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A new sign of the times

In the future, digital signatures are likely to play a significant part in how mortgage advisers conduct business. However, the arrival of this new technology has not, and will not, happen overnight.

The Electronic Communications Bill includes key developments for e-commerce, for example, the introduction of electronic conveyancing which could dramatically reduce the time needed to buy a house from months to a couple of weeks. How ever, it is digital signatures that have generated a large amount of interest in the mortgage market.

It is clear that the Government has a very positive view of the impact of digital signatures but there is still a great misunderstanding as to what they are.

A digital signature, contrary to its name, is not a signature at all. It is, in fact, a Pin code, much like the one for a cash machine card, that performs a unique function. Rather than sign a document in the traditional way, an individual would enter their Pin code (or Viacode), a number known only to themselves, in the electronic document.

The Viacode locks the information that is being transmitted electronically by scrambling the data. The way in which the data is scrambled is individual to each person. This scrambled data, because of its uniqueness, becomes the electronic signature.

This data can then be unlocked by the recipient who uses what is known as a public key. Once again, this is a unique number, which will be available to a number of organisations – think of it as similar to a National Insurance number.

If the two numbers are not correct, the data cannot be unlocked or unscrambled and the signature will not be verified. If they are correct, the data will be unscrambled and this will be proof that the public and private key (the Viacode) represent the same person.

The new act enables consumers to apply at the Post Office for a Viacode. A digital or electronic signature, with the passing of the bill, is now as binding as a signature with pen and paper. Electronic signatures are admissible as evidence in court, enabling contracts of any sort to be concluded over the internet and will be accepted by some providers and the Government. Customers will be provided with a smart card or a Pin code which can be used to confirm their identity over the internet.

As with any technology, there are always concerns about security and no one can ever say that anything is 100 per cent secure. There is a perception that the internet and other e-developments are more prone to fraud than other areas of business.

Lenders will need to ensure that they have the systems and procedures in place to ensure privacy remains paramount. As well as those involved in the industry having confidence in this new technology, it is vital that consumers have confidence in electronic signatures, or they simply will not use them.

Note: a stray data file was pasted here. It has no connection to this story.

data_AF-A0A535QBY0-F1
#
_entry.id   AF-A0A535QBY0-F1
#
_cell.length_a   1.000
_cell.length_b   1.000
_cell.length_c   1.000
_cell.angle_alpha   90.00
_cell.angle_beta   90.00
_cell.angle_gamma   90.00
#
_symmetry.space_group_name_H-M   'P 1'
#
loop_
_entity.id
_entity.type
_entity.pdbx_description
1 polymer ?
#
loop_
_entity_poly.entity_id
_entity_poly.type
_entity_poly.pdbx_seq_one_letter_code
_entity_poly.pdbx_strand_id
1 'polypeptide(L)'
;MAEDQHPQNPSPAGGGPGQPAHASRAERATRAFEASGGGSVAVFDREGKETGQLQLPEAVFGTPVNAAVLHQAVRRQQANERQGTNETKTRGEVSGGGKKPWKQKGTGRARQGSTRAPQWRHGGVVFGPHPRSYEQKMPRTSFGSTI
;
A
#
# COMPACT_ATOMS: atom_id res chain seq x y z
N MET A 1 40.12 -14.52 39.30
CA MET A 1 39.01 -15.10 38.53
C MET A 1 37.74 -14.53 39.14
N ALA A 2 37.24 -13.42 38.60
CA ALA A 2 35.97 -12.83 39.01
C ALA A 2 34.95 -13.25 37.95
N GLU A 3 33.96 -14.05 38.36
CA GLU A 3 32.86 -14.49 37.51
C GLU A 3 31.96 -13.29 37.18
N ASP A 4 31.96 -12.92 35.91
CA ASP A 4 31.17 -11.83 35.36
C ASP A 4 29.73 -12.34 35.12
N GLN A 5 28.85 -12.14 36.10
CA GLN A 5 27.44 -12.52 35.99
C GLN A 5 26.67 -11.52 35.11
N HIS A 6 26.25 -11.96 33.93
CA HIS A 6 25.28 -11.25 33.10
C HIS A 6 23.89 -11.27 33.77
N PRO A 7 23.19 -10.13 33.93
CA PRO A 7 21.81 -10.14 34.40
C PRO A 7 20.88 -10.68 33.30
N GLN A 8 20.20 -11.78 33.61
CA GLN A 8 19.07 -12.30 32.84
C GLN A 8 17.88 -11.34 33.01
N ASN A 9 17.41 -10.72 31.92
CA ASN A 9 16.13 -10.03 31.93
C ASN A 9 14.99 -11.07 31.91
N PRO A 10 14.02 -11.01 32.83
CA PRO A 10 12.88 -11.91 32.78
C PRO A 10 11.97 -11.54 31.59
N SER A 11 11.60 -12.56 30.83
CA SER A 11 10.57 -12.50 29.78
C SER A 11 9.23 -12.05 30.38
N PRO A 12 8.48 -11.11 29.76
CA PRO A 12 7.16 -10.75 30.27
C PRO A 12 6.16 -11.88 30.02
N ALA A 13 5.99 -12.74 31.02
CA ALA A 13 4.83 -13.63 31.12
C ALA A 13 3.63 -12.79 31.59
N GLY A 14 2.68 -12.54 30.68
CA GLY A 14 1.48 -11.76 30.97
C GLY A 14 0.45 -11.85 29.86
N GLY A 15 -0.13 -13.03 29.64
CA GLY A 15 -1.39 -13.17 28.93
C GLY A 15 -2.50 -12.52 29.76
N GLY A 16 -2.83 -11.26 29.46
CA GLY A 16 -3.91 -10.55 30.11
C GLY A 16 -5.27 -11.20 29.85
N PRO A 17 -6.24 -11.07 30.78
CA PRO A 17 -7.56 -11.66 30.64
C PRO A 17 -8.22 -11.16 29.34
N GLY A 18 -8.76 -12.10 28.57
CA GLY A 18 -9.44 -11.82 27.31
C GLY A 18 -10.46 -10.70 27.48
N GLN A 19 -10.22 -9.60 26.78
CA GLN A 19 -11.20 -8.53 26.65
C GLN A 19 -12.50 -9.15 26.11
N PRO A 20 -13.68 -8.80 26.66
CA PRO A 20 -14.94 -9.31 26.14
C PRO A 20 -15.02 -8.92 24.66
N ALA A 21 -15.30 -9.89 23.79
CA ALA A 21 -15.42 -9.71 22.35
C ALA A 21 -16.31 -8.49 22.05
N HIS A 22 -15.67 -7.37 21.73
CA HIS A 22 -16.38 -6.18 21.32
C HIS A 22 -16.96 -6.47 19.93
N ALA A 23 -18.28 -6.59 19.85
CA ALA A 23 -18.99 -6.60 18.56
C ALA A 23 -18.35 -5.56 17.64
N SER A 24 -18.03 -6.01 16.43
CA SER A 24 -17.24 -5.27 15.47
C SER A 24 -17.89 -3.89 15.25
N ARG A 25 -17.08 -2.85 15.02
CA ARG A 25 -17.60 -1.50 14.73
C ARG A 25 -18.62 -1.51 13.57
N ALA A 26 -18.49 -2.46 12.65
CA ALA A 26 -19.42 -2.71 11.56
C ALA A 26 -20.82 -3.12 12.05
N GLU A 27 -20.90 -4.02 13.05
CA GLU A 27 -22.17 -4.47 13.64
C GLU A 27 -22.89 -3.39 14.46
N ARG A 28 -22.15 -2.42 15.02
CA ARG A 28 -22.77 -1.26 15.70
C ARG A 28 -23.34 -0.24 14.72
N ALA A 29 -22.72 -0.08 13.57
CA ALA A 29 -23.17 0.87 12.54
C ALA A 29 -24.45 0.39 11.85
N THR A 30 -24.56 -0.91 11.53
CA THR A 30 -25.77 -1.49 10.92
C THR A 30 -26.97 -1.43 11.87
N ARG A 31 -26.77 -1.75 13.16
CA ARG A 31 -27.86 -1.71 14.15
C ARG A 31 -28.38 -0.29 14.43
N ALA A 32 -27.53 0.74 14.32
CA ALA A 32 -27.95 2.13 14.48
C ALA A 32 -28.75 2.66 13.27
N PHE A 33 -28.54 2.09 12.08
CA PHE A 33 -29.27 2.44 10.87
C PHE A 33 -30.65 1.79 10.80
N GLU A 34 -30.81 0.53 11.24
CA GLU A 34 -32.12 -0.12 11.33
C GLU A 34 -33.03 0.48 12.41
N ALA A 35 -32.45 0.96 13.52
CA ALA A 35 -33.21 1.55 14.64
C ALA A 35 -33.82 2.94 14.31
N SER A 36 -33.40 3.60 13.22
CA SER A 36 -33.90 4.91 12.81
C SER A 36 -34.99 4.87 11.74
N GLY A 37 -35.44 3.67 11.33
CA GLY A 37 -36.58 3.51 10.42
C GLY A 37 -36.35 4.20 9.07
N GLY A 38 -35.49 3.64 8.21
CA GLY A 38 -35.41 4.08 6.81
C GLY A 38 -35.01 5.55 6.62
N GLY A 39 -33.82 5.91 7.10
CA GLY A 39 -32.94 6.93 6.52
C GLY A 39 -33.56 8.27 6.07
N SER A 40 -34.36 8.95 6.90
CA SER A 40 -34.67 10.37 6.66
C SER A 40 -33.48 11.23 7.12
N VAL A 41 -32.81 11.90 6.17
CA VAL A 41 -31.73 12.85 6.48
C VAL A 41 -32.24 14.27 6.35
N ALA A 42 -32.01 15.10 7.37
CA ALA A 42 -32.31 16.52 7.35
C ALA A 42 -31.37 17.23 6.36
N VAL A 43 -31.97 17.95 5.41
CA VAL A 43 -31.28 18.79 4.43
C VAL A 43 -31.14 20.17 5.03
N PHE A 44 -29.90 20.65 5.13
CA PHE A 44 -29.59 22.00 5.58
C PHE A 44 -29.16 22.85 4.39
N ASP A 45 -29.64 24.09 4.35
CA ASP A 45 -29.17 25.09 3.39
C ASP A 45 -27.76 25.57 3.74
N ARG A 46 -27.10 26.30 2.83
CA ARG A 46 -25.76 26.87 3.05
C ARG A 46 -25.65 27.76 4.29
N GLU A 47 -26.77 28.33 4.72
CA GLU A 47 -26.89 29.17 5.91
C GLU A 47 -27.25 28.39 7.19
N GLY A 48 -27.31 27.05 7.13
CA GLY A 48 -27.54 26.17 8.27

For mortgage advisers, digital signatures will initially have very little impact on the way that they conduct business at present. Although digital signatures have been recognised in the eyes of the law, no mortgage lenders yet have the systems capability to accept them.

It is likely that these systems will not be in place for at least another year. There have been some who have expressed concern that mortgage adviser&#39s will be threatened by the introduction of electronic signatures.

Some industry specialists have predicted that a mortgage advisers&#39 business may be cut by anything up to 15 per cent in the next five years. However, there is little evidence to support this and many indeed predict the opposite, saying that digital signatures will have many benefits to the adviser willing to embrace e-commerce.

When lenders do begin to accept digital signatures the speed with which borrowers can apply for mortgages will significantly increase. This in turn will enhance the service that brokers can give to their customers.

A good example of this improvement in service will be for those brokers who use online sourcing systems. Already, these systems are helping brokers to give best advice to their clients.

It is also possible for them to submit applications electronically when the system has in place a generic application form that is accepted by a number of lenders.

When the lender also has a system that can accept digital signatures, the application form will be sent direct to the lender.

The lender&#39s system will instantly be able to credit score the information, therefore ensuring a decision is reached far quicker for the borrower and response times all round are reduced dramatically.

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